On-boarding sets the tone for your org and the experience of your employees moving forward. Dedicating time to develop this process can admittedly be tough especially when balancing between management and moving projects forward. One thing is certain, it is an extremely crucial period of time because it is not only a reflection of you but it sets the tone of your organization.
First impressions are everything.
One common piece of feedback in most organizations is that there is either no on-boarding or it is too overwhelming. Most orgs don’t work out of a single set of tools, and when you add product and process documentation the big question for most new employees is where do you start.
Before diving in, consider the following:
- Outline tasks and must have documents
- Talk to your team about any pains they may have had with previous on-boarding experiences (these aren’t limited to your company; these can include past experiences at other companies)
- Include any ways to address those pains as solutions into your on-boarding workflow
1. Create a mailing list
A crucial part of this automation is that your new employee has an email account set up before they get to the office. If you have multiple employees, starting this mailing lists allows you to scale on-boarding without having to create any additional work for yourself.
2. Create a custom workflow
Automation in MailChimp is a gift that keeps on giving. There is a plethora of pre-built automation templates. For this example, I created a custom workflow.
Remember that email list we built earlier? This is where you can add it to your custom workflow.
3. Build workflow
Our on-boarding period lasts about two weeks before designers start getting immersed in their project work. In MailChimp, you can set up your automation so emails are only going out on weekdays vs. weekends.
MailChimp has a number of email templates you can take advantage of, but we took the liberty of designing our own custom template. This allowed us to convey our brand and add some playful iconography and color to delight new employees.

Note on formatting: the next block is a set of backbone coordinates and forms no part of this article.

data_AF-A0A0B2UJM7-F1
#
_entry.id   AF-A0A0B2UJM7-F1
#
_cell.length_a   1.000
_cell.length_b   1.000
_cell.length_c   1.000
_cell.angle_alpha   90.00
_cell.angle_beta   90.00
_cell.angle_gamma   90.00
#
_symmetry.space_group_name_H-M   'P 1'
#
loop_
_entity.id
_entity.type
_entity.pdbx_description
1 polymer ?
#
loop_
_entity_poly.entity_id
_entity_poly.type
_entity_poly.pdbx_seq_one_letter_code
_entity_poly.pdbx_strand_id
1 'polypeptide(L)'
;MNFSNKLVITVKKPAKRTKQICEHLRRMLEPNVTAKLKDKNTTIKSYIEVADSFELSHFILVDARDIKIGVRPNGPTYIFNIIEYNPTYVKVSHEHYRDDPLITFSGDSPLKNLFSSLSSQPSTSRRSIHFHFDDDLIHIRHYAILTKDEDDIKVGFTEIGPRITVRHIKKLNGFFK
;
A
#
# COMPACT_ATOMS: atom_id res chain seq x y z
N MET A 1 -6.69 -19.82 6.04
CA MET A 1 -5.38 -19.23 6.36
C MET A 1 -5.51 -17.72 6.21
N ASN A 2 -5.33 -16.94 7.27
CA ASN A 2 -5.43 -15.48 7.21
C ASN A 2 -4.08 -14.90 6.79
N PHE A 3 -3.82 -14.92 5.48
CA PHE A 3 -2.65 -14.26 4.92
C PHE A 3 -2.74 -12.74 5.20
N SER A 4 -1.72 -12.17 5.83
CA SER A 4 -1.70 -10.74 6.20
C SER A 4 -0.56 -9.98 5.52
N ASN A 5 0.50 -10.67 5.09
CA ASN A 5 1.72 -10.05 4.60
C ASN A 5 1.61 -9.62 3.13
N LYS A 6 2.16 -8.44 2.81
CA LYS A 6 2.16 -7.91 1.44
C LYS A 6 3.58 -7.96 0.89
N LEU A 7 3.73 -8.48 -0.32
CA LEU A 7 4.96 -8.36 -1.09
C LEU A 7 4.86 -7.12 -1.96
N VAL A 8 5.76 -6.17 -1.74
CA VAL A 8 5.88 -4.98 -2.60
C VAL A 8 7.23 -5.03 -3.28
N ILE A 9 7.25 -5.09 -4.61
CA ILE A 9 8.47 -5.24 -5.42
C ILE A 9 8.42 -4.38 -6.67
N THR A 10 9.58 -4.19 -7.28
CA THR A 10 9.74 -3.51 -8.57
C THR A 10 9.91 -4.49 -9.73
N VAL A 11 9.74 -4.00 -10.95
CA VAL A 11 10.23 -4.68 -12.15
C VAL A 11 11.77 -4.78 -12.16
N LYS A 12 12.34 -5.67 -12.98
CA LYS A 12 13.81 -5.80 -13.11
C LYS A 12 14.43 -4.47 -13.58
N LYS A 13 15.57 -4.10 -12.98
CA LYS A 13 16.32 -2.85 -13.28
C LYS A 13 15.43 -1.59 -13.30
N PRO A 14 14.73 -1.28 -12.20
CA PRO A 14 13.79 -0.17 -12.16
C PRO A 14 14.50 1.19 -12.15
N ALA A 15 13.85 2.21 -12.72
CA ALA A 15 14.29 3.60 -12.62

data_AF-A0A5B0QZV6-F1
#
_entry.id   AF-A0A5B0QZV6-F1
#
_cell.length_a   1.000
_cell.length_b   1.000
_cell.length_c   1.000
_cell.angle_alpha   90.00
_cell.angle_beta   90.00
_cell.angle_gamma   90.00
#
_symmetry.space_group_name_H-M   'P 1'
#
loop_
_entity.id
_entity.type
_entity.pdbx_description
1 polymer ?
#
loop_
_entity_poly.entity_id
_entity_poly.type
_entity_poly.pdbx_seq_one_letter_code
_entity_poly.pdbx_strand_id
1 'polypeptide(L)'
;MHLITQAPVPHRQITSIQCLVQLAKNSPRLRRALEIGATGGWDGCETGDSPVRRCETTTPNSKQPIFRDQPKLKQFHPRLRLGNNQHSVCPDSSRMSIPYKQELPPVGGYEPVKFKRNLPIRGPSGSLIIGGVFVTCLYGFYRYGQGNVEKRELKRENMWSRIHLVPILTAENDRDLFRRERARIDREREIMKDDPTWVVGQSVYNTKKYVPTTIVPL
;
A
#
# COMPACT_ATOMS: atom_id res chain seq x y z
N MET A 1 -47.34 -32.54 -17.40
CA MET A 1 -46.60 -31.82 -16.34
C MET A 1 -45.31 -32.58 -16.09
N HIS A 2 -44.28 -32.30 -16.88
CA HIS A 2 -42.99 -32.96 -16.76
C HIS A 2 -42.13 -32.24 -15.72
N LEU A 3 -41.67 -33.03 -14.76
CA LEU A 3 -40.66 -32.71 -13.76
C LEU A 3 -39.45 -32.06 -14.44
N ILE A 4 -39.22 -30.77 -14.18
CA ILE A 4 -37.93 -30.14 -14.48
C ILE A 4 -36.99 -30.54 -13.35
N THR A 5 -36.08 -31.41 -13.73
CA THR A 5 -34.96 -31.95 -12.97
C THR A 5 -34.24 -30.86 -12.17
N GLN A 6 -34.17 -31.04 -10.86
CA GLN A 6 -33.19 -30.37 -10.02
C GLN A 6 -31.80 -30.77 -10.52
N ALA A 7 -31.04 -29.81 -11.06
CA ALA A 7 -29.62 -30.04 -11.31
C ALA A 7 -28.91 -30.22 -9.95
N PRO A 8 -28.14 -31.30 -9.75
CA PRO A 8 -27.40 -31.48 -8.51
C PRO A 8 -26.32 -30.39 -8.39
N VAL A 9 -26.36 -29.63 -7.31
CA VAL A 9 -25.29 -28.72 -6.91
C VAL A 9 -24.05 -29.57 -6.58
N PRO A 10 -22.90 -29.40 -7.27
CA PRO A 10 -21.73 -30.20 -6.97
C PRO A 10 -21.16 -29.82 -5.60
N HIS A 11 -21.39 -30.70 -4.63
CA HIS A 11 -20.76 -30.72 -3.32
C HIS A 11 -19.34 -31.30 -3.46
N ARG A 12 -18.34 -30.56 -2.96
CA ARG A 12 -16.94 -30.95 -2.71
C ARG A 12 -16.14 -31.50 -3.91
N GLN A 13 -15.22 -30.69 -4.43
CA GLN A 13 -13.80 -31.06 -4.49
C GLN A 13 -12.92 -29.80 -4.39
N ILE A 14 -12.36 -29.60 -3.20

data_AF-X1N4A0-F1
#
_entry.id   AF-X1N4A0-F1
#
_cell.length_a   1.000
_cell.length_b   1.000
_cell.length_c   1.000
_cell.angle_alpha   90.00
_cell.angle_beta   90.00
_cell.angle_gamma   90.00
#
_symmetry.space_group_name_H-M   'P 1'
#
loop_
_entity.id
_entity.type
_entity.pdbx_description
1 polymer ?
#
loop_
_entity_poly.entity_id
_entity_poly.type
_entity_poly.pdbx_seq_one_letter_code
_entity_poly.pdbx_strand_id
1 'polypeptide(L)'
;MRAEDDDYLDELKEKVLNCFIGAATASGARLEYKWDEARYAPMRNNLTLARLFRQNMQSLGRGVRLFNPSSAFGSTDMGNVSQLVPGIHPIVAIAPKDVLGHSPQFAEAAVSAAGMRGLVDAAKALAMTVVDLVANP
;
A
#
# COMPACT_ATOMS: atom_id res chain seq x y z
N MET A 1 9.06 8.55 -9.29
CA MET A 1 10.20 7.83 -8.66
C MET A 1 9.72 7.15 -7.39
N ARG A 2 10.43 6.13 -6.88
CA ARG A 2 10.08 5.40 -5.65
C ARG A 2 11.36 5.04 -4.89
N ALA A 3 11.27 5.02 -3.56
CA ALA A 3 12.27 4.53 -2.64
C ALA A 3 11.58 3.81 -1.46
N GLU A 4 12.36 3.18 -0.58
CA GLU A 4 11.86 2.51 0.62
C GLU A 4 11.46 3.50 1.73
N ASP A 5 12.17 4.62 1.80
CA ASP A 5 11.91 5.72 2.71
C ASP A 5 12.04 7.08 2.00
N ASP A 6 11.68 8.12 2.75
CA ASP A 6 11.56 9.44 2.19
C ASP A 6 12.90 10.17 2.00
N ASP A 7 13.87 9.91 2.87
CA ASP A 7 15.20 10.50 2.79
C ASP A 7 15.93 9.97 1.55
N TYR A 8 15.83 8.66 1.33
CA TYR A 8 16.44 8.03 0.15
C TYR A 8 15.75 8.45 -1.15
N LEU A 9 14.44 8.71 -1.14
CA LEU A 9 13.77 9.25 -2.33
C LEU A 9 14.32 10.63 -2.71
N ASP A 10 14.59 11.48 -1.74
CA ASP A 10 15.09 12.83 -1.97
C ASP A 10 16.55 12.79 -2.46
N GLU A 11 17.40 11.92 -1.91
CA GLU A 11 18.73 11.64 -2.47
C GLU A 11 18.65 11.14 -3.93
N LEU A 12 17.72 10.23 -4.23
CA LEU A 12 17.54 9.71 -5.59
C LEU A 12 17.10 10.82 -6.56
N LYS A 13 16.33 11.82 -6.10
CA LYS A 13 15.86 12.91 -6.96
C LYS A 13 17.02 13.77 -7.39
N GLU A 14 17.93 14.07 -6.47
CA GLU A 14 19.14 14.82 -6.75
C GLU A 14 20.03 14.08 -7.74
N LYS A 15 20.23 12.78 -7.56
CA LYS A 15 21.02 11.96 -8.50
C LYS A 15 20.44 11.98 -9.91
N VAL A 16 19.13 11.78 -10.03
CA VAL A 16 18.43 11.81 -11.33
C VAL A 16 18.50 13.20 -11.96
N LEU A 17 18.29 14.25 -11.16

At the end of our on-boarding process a link to a survey is sent out to ask for feedback and provide an opportunity to identify areas to improve. This requires super low effort while at the same time can provide a ton of value. Google Forms, Wufoo, and Survey Monkey are great places to start.
Shooting out an email in the morning allows employees to not only plan their day, but we frame their on-boarding process to focus on specific tasks per day.
On-boarding emails also link new employees to where they can find documentation or perform these tasks in context. For example if there are mandatory meetings we’ll link them to their calendar, or if there is any mandatory meeting we’ll link them to documentation in Dropbox.
This direction really complements the planning addressed in the suggestions above. There should still always be a central point of reference for all items (we use Confluence for example) but this really breaks things down and gives you an opportunity to really deliver an impactful, first impression.
What are some ways that you are on-boarding new employees? Comment below or send me a tweet.